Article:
DI: 'Manchester by the Sea'
Issue: March 1, 2016

DI: 'Manchester by the Sea'

NEW YORK — Technicolor PostWorks (www.technicolorpwny.com) recently provided editorial finishing and final color grading for Manchester by the Sea, Kenneth Lonergan’s new drama, which premiered at the Sundance Film Festival. Colorist Jack Lewars worked directly with Lonergan in finalizing the look of the film, which tells the story of a man who is forced to take care of his nephew after the boy’s father dies. Casey Affleck and Michelle Williams star in the emotionally wrenching tale set on the north shore of Massachusetts.

Manchester by the Sea drew critical praise and generated considerable buzz at Sundance. Amazon picked up North American rights and plans to release the film in theaters in the fall. International rights were acquired by Universal and Sony Pictures.

Manchester by the Sea was Lewars’ second project with Lonergan. He also applied the final grade to the writer/director’s 2011 film Margaret. 

“We spent a lot of time on Margaret and we also spent a lot of time on Manchester,” Lewars recalls. “Kenneth likes to set looks and explore options. It works out beautifully in the end. He’s fantastic to work with.”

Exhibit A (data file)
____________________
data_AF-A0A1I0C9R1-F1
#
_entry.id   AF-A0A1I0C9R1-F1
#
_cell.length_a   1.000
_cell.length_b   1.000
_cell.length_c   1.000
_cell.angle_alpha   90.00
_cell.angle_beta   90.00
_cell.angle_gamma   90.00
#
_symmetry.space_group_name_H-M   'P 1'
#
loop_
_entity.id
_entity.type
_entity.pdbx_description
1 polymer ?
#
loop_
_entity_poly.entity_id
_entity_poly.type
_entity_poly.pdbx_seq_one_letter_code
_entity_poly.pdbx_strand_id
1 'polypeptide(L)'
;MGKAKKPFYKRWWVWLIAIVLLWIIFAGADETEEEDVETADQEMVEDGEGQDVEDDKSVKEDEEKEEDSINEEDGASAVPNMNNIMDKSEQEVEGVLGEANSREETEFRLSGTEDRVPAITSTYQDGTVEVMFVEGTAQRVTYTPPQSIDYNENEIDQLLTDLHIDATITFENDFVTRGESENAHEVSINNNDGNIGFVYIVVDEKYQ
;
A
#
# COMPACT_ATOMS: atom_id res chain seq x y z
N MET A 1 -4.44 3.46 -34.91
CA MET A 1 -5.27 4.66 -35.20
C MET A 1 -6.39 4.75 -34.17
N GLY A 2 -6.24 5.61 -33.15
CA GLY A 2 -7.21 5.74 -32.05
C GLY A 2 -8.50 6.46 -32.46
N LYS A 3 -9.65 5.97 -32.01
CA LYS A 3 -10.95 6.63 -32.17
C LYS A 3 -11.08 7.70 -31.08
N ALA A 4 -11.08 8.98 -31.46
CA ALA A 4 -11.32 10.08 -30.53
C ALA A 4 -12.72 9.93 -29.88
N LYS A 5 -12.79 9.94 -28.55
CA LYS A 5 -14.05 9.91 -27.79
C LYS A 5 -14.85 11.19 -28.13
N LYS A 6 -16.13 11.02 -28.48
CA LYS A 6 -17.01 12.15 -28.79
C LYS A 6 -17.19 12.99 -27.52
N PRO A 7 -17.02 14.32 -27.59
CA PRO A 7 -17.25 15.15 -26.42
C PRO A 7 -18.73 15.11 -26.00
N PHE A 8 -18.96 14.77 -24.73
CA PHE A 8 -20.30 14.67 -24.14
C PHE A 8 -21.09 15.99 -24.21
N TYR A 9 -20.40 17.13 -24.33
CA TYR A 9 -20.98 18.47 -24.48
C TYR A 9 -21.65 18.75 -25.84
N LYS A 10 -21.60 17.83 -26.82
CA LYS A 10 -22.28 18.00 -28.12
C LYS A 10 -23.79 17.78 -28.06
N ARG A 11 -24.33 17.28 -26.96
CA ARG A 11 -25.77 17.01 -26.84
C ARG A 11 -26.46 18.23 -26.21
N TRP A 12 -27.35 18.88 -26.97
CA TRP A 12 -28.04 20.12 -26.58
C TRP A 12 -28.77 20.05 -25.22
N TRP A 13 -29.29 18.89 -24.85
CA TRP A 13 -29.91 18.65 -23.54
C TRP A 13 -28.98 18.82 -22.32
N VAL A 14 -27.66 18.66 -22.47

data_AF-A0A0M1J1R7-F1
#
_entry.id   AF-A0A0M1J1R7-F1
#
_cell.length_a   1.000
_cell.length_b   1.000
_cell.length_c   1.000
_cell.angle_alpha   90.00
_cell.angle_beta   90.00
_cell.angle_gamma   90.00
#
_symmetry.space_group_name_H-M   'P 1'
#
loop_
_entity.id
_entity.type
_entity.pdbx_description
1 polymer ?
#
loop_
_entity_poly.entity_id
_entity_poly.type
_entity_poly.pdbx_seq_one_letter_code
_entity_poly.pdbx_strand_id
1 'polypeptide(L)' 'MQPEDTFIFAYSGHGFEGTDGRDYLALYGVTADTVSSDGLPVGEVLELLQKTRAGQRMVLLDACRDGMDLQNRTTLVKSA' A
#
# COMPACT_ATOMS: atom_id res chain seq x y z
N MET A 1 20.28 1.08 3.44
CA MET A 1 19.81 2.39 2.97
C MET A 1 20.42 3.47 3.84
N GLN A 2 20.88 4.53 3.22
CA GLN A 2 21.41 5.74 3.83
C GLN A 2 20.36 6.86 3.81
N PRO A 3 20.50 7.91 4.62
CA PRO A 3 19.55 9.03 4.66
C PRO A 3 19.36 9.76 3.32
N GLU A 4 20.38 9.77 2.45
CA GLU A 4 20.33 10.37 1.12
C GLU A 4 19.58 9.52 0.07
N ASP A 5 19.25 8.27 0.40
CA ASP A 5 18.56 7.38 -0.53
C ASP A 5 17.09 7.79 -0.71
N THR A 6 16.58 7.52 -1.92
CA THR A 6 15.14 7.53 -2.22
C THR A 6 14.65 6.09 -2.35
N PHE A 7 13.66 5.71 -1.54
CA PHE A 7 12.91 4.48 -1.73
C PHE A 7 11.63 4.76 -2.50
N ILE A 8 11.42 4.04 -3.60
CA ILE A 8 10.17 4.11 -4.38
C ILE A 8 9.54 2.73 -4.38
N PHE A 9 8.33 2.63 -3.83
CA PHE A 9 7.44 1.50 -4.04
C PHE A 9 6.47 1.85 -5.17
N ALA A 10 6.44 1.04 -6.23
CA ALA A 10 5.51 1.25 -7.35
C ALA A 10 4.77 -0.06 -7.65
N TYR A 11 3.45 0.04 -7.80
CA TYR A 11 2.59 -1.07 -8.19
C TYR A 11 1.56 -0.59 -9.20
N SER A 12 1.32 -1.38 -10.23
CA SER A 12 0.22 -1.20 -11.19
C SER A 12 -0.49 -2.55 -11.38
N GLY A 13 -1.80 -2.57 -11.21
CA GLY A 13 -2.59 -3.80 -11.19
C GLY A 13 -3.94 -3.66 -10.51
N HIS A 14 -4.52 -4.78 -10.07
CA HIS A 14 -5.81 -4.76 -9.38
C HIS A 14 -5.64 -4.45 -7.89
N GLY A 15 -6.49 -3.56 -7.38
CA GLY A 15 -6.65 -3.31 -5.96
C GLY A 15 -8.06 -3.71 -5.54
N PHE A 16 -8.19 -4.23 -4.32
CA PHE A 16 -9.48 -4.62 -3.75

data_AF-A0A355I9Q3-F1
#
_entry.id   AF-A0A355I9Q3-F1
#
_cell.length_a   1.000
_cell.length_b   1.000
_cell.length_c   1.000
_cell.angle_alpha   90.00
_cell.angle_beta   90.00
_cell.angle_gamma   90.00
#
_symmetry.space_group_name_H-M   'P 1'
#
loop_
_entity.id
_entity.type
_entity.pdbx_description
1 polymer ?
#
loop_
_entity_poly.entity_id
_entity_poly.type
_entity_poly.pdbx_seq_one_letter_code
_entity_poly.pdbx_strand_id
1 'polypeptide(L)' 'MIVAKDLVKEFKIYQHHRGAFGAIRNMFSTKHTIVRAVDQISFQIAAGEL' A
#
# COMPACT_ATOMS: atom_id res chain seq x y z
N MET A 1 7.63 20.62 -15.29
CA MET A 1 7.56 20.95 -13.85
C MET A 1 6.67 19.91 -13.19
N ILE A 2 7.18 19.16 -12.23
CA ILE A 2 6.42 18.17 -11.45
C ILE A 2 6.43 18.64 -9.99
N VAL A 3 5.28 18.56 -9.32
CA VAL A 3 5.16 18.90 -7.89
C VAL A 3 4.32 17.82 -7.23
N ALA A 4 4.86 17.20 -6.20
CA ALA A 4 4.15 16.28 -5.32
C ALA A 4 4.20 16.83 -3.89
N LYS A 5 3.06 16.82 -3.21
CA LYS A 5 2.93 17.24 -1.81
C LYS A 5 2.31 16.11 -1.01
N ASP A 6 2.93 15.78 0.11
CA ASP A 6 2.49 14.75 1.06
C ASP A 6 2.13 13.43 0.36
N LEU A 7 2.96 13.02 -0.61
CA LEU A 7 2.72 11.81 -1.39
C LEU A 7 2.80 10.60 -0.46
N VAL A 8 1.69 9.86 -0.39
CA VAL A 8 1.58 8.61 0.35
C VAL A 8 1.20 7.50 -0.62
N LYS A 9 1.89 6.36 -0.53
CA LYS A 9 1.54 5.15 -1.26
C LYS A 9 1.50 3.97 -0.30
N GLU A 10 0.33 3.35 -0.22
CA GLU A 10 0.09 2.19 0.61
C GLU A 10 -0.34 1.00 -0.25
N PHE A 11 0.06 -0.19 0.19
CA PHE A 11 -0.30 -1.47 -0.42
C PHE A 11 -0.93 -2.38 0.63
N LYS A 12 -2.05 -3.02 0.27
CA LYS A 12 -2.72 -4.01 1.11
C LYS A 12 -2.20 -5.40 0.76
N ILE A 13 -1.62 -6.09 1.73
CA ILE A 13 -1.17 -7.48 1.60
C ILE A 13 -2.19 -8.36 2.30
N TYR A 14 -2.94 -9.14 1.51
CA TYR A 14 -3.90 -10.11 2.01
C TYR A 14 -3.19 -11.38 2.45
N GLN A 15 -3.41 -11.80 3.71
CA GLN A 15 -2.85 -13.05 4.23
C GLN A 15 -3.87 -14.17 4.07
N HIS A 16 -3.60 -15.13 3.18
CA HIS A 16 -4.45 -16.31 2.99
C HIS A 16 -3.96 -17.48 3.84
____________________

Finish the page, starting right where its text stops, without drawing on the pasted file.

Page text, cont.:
The film’s final grade goes counter to convention. While the story is heavy with emotion, the look is realistic and applied with a light touch. 

“The movie is very sad, but Kenneth didn’t want the drama to be in the cinematography or the color, he wanted the story to speak for itself,” Lewars explains. “There are scenes set in a hospital that are very distressing, but we kept them bright. He didn’t want the characters to be able to hide from their emotions. The bright light and bright environments bring the emotions to the foreground. The sadness comes through.”

Time is also ambiguous. Lewars notes that there are a lot of flashback scenes in the film, but their sequence and interconnectedness are indistinct. 

“Often you’ll give flashbacks a different look, but we kept it realistic,” Lewars says. “There’s a lot of playing with time in the first two reels of the film and we didn’t change the grading based on past or present. The audience is kept guessing and doesn’t really know the order of events until well into the film.”

The story’s dramatic scenes are punctuated by sweeping landscape imagery that captures the rugged beauty of the small coastal community that gives the film its name. Lewars notes that these brief interludes serve both a narrative and an aesthetic purpose. 

“There are beauty shots of every set up; we see the city of Manchester constantly,” he says. “Most of the story takes place in winter, but we come back to the spring in the end. Classical music plays over these long, languid beauty shots. And they serve a very important purpose. They give the audience time to take a break from what they are learning about the characters.”

In advance of the film’s general release, additional grading sessions are planned to further refine the look. 

“The film beautifully captures Manchester and the life there,” Lewars observes. “The color helps Kenneth accomplish that.”